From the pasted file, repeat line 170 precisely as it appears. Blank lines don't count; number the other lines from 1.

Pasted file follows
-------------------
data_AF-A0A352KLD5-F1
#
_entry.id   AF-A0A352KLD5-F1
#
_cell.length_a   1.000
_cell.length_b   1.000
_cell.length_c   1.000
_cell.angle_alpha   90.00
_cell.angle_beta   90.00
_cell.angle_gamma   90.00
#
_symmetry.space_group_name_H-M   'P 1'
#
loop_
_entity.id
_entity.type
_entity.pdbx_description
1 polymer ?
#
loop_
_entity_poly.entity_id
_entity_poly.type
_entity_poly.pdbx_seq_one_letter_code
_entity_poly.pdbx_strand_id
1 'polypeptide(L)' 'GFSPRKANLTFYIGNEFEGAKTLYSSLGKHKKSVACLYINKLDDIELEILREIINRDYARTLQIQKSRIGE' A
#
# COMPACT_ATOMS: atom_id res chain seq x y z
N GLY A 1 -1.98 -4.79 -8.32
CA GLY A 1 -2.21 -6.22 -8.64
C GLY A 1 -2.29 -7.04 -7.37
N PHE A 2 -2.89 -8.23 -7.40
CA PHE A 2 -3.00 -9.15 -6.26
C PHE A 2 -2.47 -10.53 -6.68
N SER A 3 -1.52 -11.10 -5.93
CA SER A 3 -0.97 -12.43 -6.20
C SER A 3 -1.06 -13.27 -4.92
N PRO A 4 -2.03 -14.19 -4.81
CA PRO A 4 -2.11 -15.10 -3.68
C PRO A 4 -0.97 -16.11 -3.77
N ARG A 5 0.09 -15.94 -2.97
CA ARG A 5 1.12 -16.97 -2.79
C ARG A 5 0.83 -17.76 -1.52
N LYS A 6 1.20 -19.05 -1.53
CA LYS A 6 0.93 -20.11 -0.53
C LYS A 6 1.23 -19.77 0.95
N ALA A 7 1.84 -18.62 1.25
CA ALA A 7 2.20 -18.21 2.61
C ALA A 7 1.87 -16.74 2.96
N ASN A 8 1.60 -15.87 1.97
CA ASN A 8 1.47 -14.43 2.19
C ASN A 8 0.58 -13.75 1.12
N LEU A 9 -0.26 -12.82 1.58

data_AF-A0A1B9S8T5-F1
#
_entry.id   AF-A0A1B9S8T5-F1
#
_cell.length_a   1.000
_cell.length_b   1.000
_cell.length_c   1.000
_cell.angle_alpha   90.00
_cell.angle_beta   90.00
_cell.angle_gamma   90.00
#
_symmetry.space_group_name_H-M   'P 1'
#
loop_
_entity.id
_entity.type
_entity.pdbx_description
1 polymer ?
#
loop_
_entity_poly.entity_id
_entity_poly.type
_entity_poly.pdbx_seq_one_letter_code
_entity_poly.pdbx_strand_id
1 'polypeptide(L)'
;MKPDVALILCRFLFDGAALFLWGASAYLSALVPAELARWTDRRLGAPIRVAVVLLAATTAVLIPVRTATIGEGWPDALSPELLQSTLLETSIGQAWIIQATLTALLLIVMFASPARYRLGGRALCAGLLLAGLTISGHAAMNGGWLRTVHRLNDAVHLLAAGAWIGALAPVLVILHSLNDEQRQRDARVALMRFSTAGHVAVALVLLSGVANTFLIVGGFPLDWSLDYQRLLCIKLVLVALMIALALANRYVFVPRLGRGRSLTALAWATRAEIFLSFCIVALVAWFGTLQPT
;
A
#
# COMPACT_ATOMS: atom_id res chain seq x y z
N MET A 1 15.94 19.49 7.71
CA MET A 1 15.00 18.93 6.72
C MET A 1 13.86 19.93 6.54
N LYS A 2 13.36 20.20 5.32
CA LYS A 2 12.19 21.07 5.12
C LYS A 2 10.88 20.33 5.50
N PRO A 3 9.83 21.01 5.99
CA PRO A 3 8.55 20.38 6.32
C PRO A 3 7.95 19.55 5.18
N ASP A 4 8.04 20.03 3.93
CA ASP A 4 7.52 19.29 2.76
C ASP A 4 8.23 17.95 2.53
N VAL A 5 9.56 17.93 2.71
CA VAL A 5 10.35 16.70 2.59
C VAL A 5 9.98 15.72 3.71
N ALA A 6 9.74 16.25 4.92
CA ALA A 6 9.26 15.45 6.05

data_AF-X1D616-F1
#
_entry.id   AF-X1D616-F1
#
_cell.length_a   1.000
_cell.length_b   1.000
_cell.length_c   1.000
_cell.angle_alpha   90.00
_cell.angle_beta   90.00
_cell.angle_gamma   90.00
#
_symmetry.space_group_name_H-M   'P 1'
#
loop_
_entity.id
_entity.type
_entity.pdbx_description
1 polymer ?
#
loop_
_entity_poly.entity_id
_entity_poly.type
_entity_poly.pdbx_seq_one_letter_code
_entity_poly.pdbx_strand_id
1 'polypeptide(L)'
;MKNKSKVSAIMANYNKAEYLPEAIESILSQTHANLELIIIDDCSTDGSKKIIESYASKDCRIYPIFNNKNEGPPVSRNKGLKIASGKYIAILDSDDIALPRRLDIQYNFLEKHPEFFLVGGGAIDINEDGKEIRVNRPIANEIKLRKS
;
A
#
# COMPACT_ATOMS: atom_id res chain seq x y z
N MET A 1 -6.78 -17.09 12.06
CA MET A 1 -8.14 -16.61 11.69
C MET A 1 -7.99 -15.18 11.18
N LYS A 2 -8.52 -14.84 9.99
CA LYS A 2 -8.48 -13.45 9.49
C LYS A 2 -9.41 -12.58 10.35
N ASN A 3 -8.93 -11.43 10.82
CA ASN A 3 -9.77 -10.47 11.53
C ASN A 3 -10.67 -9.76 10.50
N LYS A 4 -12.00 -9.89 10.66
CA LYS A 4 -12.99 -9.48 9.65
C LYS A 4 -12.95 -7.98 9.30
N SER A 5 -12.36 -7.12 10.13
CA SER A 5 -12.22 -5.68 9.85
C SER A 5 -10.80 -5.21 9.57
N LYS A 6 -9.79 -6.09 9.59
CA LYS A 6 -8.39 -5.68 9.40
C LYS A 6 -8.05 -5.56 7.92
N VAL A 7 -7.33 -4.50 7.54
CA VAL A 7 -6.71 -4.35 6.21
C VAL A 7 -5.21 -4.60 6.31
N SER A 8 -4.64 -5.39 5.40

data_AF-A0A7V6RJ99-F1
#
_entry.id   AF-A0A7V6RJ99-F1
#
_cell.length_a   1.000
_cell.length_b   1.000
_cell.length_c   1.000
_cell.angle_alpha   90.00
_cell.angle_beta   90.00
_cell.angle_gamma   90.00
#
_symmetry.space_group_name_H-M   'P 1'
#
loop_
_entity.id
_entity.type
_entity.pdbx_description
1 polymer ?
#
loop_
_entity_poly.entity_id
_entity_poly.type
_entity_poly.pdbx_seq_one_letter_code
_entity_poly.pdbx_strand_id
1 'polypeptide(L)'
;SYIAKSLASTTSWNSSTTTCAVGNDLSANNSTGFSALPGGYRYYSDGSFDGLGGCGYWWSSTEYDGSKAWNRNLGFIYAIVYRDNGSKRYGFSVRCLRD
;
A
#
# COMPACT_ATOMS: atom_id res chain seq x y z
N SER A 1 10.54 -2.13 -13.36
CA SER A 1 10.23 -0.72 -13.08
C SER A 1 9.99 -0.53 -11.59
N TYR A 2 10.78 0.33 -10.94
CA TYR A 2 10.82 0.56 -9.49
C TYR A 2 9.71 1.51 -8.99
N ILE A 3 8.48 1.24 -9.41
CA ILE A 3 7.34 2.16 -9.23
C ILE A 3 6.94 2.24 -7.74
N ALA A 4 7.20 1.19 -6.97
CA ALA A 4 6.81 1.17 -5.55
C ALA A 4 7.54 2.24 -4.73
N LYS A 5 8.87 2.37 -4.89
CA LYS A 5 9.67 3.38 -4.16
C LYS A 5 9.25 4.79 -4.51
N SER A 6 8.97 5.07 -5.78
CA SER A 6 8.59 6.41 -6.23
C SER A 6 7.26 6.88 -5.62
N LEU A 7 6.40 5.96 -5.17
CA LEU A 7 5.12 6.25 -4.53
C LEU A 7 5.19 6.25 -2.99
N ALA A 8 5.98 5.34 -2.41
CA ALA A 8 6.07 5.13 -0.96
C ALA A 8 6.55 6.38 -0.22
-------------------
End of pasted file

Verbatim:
#